4) Let’s remember to be supportive of each other. Too many times, I think we, as moms, worry about the backstabbing and the superiority factor. In my short talk, someone came up to me afterwards and thanked me for being honest that I have a lot of support to help do what I do and to make my career and beautiful life happen. She felt that we, as moms, sometimes put up the facade that we can “do it all.” I told her you’ll never get that from me – so let’s try to be as real as we can be…

Is there really no room for women part-time in medicine?

I’ve debated this topic with my father, a physician, for over eight years now. He, an old-school doctor, established in his field, has always had a beef about women in medicine – that it’s not fair for them to take spots in medical schools and residencies, if only years later, they are to exit the workforce, or, work part-time.

As his strong-willed, feminist and outspoken daughter, I could not believe what I heard my progressive father say. He, who told me to always “be my own boss.” He, who always told me not to ever have to rely on anyone else “but myself.” He, who supported my every career move. How could he say these words?

Well, you can imagine my astonishment today when I read this Editorial piece in the New York Times called “Don’t Quit Your Day Job,” and written by a female anesthesiologist, Karen Sibert. The premise of her argument is that part-time medical work (the majority of which is taken by women) is bad for medicine because it’s hard for patients, hard financially on the institutions that provide the female doctors’ education and ultimately, bad for the industry because of the so few residency positions available to many hard working and educated young med students.

An excerpt from Sibert’s piece reads:

Students who aspire to go to medical school should think about the consequences if they decide to work part time or leave clinical medicine. It’s fair to ask them — women especially — to consider the conflicting demands that medicine and parenthood make before they accept (and deny to others) sought-after positions in medical school and residency. They must understand that medical education is a privilege, not an entitlement, and it confers a real moral obligation to serve.

She goes on:

You can’t have it all. I never took cupcakes to my children’s homerooms or drove carpool, but I read a lot of bedtime stories and made it to soccer games and school plays. I’ve ridden roller coasters with my son, danced at my oldest daughter’s wedding and rocked my first grandson to sleep. Along the way, I’ve worked full days and many nights, and brought a lot of very sick patients through long, difficult operations.

Patients need doctors to take care of them. Medicine shouldn’t be a part-time interest to be set aside if it becomes inconvenient; it deserves to be a life’s work.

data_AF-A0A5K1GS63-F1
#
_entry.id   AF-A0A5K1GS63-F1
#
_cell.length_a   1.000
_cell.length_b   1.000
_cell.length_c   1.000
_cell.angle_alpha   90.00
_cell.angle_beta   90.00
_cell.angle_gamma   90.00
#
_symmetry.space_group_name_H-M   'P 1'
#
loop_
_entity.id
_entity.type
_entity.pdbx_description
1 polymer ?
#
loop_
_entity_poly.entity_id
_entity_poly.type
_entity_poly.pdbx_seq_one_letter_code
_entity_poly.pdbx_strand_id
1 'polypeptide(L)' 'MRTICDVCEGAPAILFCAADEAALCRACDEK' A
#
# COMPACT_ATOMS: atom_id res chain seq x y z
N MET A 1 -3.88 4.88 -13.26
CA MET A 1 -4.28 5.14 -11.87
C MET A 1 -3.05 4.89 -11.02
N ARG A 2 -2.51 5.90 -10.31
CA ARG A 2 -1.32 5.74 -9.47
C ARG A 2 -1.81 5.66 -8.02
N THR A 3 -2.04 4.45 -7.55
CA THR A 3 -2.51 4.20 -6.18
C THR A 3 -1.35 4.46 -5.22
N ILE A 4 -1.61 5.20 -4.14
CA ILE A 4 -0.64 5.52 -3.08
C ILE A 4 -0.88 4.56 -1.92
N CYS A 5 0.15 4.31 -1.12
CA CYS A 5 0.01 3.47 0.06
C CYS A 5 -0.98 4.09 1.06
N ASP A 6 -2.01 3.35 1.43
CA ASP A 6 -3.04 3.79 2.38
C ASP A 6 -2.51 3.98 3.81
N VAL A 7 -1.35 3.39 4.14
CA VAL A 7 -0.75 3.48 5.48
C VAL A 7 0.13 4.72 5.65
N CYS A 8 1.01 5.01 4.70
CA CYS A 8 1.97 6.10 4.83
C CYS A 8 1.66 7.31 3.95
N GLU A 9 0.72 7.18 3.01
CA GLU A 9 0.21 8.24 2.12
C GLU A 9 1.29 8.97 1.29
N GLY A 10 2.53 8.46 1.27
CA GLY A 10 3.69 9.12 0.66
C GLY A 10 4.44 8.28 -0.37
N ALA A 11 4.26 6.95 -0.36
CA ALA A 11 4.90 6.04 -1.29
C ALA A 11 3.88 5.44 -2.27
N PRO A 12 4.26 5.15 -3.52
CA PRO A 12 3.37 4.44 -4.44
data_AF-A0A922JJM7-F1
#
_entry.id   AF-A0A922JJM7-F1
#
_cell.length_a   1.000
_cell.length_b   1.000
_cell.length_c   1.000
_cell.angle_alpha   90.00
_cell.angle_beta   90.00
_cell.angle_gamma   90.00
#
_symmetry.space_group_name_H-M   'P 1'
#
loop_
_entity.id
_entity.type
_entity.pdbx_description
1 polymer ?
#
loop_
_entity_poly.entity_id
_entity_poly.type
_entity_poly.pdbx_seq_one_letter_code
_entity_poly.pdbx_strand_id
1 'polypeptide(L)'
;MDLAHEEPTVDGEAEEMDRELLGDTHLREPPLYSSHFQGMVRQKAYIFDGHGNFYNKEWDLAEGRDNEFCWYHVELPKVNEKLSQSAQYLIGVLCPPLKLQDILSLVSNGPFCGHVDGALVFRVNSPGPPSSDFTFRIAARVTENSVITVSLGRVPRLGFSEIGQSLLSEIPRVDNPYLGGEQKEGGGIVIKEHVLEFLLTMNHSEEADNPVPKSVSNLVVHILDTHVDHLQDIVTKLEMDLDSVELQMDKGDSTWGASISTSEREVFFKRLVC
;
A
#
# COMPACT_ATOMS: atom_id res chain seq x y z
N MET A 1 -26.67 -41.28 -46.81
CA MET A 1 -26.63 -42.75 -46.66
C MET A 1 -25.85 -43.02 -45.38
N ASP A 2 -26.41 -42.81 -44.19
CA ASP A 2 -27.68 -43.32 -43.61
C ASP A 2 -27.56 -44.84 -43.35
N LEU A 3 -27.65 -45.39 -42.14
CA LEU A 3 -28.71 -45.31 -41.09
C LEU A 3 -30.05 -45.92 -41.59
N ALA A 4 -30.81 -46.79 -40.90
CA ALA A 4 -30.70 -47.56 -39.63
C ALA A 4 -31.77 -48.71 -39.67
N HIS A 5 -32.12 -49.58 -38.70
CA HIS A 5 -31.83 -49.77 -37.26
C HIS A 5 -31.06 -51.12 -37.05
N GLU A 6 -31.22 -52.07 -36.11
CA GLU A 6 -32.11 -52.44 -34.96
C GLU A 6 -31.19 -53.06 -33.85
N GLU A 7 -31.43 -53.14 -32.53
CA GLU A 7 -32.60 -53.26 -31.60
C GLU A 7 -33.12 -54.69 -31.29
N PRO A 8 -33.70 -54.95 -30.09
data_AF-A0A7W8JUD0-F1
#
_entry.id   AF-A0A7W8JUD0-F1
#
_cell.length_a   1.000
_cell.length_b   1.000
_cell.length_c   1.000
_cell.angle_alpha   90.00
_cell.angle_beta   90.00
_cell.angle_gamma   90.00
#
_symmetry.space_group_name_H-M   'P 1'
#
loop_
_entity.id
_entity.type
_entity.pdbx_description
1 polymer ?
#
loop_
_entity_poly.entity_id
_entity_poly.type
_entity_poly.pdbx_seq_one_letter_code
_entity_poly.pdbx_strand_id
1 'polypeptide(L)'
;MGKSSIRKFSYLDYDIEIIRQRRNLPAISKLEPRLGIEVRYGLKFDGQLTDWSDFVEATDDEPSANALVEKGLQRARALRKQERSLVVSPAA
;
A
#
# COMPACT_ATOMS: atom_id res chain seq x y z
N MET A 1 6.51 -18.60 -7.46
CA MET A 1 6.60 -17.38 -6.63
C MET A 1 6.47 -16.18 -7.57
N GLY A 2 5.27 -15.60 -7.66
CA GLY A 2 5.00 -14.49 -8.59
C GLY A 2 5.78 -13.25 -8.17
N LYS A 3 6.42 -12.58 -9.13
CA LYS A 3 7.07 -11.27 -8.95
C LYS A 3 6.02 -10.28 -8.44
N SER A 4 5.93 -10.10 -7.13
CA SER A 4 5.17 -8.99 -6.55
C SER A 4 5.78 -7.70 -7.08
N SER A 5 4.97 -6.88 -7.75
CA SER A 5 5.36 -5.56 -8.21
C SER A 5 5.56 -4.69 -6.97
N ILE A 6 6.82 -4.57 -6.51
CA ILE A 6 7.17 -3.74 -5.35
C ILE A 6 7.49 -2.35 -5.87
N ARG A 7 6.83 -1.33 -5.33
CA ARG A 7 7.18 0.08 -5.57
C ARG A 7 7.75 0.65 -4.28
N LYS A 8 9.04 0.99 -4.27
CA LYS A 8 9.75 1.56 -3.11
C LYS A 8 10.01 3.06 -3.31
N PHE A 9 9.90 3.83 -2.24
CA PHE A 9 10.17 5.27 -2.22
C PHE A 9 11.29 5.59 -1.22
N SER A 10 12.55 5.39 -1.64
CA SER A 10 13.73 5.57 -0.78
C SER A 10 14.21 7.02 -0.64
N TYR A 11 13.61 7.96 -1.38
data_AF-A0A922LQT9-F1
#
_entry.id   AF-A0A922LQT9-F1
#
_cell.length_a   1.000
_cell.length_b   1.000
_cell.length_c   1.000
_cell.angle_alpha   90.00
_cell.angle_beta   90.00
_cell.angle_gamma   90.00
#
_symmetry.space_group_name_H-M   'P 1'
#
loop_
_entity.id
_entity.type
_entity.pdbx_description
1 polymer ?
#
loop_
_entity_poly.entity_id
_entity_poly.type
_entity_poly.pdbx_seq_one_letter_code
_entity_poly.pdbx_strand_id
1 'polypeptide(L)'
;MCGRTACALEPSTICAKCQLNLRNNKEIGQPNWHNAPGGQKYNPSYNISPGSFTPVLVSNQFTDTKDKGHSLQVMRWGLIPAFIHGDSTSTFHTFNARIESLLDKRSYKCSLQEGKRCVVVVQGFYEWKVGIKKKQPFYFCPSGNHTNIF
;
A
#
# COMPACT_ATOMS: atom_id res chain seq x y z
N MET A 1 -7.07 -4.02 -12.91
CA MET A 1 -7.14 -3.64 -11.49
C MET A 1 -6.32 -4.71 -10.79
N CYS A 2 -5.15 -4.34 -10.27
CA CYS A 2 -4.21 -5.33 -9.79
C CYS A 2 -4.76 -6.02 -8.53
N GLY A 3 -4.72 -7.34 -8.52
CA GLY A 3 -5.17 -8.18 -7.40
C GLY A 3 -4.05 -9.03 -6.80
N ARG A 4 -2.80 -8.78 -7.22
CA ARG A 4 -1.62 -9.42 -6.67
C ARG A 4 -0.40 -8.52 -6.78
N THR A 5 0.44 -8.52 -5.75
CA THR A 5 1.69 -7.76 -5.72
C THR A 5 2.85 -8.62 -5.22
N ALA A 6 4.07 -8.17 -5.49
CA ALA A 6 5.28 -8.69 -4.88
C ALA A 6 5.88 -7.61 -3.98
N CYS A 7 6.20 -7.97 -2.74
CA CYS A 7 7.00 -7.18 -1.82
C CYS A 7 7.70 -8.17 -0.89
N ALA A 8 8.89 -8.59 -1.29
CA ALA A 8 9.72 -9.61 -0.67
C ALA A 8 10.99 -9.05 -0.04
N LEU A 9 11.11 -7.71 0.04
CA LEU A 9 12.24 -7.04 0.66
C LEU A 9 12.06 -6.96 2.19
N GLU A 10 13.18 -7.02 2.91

When I read it the first thing my competitive-self thought was, “damn, my father is now validated.”

But I have to think further about it before I really will concede too much ground. I don’t know the ins and outs of residency programs and med school applications and the finances behind Medicare. But, what I do know are my friends, who are doctors, some who work part-time and some who do not, and whether or not our medical world would be better off without them, regardless of their schedule, and their present commitment to their causes.

And the answer is no. I don’t know what the ramifications of women in the medical field will be down the road when I’m old, or g-d forbid, sick. But I can’t imagine that one woman’s choice to stay home with her children more would really impact the big picture of the care I’m getting at any particular moment. And I can’t imagine a world where the caring, thoughtful, smart and dedicated doctor friends of mine are not practicing because of the inflexibility of systems, procedures and old-school rules reinforced by Congress.

I’m not sure if Siber is an anti-feminist. I don’t know if she comes from the old-school world of medicine like my dad, but I appreciate her words. However, in the facile world I live in, I just don’t agree with them.

What say you? Can female doctors work part time, and do it well?

Behind every great woman is an even greater man??

Women are constantly trying to get out from behind a man’s success be it in the business world or beyond, but what about when the great success of the family is the woman?

That’s why I loved this piece in yesterday’s New York Times about Debbie Wasserman Schultz, the soon-to-be chair of the Democratic National Committee. She not only kicks butt as a Congresswoman, but also as a mother. And she gives due credit to where much of it is clearly due — to her husband. Wasserman says in the article:

“I promote that you don’t have to choose between work and family.” But, she adds, “I married a great guy.”

He’s apparently so great that he doesn’t even need hired help around the house when she’s off in Washington working. Unreal!

It’s refreshing when I read accounts of women who are uber-successful in their professional life cop to the fact that they have a husband at home bearing the weight of child care or personal responsibilities. I keep thinking all those awesome working moms I meet are somehow making it all happen on their own (FWIW Design Mom says Ben Blair does his half – love it!).